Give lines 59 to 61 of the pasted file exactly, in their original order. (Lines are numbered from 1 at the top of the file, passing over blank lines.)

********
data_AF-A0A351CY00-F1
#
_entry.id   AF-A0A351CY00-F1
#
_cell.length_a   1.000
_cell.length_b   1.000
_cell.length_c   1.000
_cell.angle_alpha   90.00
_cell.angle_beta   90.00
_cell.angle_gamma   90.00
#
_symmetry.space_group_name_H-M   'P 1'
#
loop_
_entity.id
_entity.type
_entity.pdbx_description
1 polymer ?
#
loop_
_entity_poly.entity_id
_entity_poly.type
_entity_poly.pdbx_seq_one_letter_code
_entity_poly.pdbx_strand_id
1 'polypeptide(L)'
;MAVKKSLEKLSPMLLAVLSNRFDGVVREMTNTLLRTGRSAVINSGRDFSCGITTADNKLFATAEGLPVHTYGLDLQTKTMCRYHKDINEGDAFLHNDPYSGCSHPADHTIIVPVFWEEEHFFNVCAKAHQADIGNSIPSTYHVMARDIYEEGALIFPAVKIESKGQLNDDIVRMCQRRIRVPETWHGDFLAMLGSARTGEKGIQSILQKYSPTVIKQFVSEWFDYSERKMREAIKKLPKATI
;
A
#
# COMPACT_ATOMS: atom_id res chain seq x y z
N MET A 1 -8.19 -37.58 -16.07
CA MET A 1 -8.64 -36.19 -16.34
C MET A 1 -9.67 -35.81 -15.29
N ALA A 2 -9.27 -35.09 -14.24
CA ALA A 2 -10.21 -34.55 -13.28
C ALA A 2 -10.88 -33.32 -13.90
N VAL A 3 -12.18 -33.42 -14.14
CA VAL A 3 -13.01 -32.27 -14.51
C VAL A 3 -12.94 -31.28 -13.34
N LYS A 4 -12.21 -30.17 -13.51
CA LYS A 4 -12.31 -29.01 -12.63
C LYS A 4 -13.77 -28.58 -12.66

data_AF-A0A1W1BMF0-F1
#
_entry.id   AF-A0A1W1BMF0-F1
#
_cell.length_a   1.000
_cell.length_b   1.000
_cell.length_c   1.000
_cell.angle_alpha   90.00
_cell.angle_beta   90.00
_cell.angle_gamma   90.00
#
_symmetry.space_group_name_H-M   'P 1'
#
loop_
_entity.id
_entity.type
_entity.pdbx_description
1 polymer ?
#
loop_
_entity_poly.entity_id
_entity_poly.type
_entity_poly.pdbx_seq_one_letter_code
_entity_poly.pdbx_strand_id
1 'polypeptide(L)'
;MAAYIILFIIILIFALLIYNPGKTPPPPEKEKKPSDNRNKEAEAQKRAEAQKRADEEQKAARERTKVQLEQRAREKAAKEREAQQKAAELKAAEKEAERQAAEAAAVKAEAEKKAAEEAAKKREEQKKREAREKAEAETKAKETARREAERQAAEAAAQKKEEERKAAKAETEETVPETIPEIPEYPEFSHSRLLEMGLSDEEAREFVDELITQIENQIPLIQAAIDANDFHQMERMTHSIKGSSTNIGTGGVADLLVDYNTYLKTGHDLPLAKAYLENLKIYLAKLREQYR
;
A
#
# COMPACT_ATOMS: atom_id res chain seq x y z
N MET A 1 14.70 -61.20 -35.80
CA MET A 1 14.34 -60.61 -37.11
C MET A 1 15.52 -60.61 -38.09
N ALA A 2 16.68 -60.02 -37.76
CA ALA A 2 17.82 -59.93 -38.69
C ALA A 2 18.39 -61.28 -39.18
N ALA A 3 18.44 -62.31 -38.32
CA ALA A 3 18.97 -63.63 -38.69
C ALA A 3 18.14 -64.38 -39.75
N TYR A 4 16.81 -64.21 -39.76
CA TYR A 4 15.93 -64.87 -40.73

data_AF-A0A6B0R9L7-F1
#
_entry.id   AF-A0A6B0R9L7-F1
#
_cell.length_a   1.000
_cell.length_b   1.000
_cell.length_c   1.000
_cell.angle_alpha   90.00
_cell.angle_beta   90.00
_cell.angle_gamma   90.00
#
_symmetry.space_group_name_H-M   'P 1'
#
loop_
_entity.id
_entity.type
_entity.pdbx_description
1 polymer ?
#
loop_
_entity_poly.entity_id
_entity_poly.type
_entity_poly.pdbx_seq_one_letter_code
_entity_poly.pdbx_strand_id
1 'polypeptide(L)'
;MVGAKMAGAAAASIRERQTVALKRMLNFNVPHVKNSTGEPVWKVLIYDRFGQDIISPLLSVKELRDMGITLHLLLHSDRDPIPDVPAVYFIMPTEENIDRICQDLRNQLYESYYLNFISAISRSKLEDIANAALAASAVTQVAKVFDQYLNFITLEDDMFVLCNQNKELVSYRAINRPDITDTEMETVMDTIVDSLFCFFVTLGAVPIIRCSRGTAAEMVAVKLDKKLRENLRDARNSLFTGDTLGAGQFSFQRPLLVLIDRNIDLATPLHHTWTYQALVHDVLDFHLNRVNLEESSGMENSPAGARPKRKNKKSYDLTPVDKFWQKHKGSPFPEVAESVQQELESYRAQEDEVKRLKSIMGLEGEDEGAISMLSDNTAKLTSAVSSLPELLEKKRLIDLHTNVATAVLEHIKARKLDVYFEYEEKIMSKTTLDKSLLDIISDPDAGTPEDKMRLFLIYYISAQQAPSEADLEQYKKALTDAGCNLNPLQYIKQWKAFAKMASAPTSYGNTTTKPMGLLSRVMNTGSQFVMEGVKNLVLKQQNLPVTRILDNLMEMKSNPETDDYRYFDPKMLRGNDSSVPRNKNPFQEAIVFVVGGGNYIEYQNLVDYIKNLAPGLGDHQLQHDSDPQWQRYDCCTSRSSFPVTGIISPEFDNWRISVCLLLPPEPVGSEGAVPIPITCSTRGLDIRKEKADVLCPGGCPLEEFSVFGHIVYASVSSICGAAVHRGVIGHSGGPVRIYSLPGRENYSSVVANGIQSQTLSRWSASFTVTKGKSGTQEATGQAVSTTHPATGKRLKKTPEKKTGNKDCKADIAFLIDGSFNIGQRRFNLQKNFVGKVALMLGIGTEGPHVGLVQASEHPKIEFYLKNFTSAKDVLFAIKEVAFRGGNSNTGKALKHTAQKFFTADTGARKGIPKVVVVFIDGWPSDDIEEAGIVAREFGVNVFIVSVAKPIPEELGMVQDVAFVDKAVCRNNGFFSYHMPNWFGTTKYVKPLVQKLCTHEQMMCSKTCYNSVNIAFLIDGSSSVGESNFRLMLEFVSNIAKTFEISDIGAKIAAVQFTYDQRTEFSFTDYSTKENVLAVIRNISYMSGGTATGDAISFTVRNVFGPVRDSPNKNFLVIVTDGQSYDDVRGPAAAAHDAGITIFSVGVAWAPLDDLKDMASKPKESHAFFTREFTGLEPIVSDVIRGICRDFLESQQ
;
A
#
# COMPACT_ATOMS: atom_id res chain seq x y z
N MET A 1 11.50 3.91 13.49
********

_entity.pdbx_description
1 polymer ?
#